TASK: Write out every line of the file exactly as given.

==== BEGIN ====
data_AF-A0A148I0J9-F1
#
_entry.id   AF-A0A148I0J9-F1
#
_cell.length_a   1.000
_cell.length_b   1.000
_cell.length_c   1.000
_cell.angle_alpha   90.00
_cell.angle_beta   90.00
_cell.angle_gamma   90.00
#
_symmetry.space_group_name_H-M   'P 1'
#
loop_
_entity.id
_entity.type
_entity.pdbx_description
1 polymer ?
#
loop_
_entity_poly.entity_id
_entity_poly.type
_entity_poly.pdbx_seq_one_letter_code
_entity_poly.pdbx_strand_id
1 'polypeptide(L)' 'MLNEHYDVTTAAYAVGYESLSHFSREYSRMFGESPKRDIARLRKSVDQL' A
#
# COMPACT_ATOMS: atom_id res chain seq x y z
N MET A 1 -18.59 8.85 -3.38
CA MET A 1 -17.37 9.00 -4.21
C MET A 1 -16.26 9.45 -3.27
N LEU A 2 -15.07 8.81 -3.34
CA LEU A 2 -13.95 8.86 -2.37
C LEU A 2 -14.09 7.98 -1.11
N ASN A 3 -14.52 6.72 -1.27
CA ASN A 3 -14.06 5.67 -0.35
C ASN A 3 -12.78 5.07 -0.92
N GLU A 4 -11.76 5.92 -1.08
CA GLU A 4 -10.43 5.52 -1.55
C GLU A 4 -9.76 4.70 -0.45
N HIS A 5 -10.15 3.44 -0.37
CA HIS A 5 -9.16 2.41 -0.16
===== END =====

data_AF-A0A148I0J9-F1
#
_entry.id   AF-A0A148I0J9-F1
#
_cell.length_a   1.000
_cell.length_b   1.000
_cell.length_c   1.000
_cell.angle_alpha   90.00
_cell.angle_beta   90.00
_cell.angle_gamma   90.00
#
_symmetry.space_group_name_H-M   'P 1'
#
loop_
_entity.id
_entity.type
_entity.pdbx_description
1 polymer ?
#
loop_
_entity_poly.entity_id
_entity_poly.type
_entity_poly.pdbx_seq_one_letter_code
_entity_poly.pdbx_strand_id
1 'polypeptide(L)' 'MLNEHYDVTTAAYAVGYESLSHFSREYSRMFGESPKRDIARLRKSVDQL' A
#
# COMPACT_ATOMS: atom_id res chain seq x y z
N MET A 1 -18.59 8.85 -3.38
CA MET A 1 -17.37 9.00 -4.21
C MET A 1 -16.26 9.45 -3.27
N LEU A 2 -15.07 8.81 -3.34
CA LEU A 2 -13.95 8.86 -2.37
C LEU A 2 -14.09 7.98 -1.11
N ASN A 3 -14.52 6.72 -1.27
CA ASN A 3 -14.06 5.67 -0.35
C ASN A 3 -12.78 5.07 -0.92
N GLU A 4 -11.76 5.92 -1.08
CA GLU A 4 -10.43 5.52 -1.55
C GLU A 4 -9.76 4.70 -0.45
N HIS A 5 -10.15 3.44 -0.37
CA HIS A 5 -9.16 2.41 -0.16